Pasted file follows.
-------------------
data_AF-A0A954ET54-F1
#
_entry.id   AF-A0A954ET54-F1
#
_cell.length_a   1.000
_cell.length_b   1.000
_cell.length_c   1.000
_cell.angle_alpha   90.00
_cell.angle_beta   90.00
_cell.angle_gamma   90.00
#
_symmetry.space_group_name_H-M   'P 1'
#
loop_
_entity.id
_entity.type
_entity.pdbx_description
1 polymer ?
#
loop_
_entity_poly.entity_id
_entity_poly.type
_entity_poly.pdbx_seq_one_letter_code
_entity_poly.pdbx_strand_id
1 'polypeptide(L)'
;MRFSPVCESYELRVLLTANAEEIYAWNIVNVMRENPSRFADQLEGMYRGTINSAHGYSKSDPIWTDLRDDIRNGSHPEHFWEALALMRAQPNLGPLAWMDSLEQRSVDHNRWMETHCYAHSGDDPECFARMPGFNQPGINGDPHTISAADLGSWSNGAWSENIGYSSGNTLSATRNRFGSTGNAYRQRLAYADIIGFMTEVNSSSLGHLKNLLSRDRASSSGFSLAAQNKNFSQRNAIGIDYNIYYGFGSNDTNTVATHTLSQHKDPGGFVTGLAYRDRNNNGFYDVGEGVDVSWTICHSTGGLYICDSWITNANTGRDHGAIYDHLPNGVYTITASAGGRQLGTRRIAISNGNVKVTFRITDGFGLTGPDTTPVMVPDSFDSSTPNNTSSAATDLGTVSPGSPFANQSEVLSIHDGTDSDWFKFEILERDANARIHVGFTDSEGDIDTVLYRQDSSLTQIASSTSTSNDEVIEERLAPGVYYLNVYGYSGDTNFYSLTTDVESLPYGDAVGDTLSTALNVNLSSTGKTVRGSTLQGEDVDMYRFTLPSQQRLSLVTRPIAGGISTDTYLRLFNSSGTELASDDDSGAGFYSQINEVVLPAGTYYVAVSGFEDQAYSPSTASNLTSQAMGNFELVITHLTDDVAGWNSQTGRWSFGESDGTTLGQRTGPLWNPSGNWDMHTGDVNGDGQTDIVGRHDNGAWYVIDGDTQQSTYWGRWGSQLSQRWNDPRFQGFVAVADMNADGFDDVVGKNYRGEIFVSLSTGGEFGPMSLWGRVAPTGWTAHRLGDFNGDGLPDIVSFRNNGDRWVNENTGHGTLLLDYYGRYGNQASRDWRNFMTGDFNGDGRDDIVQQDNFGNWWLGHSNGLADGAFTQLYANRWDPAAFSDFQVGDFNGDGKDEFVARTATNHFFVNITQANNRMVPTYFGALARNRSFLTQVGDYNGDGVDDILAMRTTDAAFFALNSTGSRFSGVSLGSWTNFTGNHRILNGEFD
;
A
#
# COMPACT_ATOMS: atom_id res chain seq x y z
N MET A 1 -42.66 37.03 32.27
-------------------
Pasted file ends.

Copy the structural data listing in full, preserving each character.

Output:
data_AF-A0A954ET54-F1
#
_entry.id   AF-A0A954ET54-F1
#
_cell.length_a   1.000
_cell.length_b   1.000
_cell.length_c   1.000
_cell.angle_alpha   90.00
_cell.angle_beta   90.00
_cell.angle_gamma   90.00
#
_symmetry.space_group_name_H-M   'P 1'
#
loop_
_entity.id
_entity.type
_entity.pdbx_description
1 polymer ?
#
loop_
_entity_poly.entity_id
_entity_poly.type
_entity_poly.pdbx_seq_one_letter_code
_entity_poly.pdbx_strand_id
1 'polypeptide(L)'
;MRFSPVCESYELRVLLTANAEEIYAWNIVNVMRENPSRFADQLEGMYRGTINSAHGYSKSDPIWTDLRDDIRNGSHPEHFWEALALMRAQPNLGPLAWMDSLEQRSVDHNRWMETHCYAHSGDDPECFARMPGFNQPGINGDPHTISAADLGSWSNGAWSENIGYSSGNTLSATRNRFGSTGNAYRQRLAYADIIGFMTEVNSSSLGHLKNLLSRDRASSSGFSLAAQNKNFSQRNAIGIDYNIYYGFGSNDTNTVATHTLSQHKDPGGFVTGLAYRDRNNNGFYDVGEGVDVSWTICHSTGGLYICDSWITNANTGRDHGAIYDHLPNGVYTITASAGGRQLGTRRIAISNGNVKVTFRITDGFGLTGPDTTPVMVPDSFDSSTPNNTSSAATDLGTVSPGSPFANQSEVLSIHDGTDSDWFKFEILERDANARIHVGFTDSEGDIDTVLYRQDSSLTQIASSTSTSNDEVIEERLAPGVYYLNVYGYSGDTNFYSLTTDVESLPYGDAVGDTLSTALNVNLSSTGKTVRGSTLQGEDVDMYRFTLPSQQRLSLVTRPIAGGISTDTYLRLFNSSGTELASDDDSGAGFYSQINEVVLPAGTYYVAVSGFEDQAYSPSTASNLTSQAMGNFELVITHLTDDVAGWNSQTGRWSFGESDGTTLGQRTGPLWNPSGNWDMHTGDVNGDGQTDIVGRHDNGAWYVIDGDTQQSTYWGRWGSQLSQRWNDPRFQGFVAVADMNADGFDDVVGKNYRGEIFVSLSTGGEFGPMSLWGRVAPTGWTAHRLGDFNGDGLPDIVSFRNNGDRWVNENTGHGTLLLDYYGRYGNQASRDWRNFMTGDFNGDGRDDIVQQDNFGNWWLGHSNGLADGAFTQLYANRWDPAAFSDFQVGDFNGDGKDEFVARTATNHFFVNITQANNRMVPTYFGALARNRSFLTQVGDYNGDGVDDILAMRTTDAAFFALNSTGSRFSGVSLGSWTNFTGNHRILNGEFD
;
A
#
# COMPACT_ATOMS: atom_id res chain seq x y z
N MET A 1 -42.66 37.03 32.27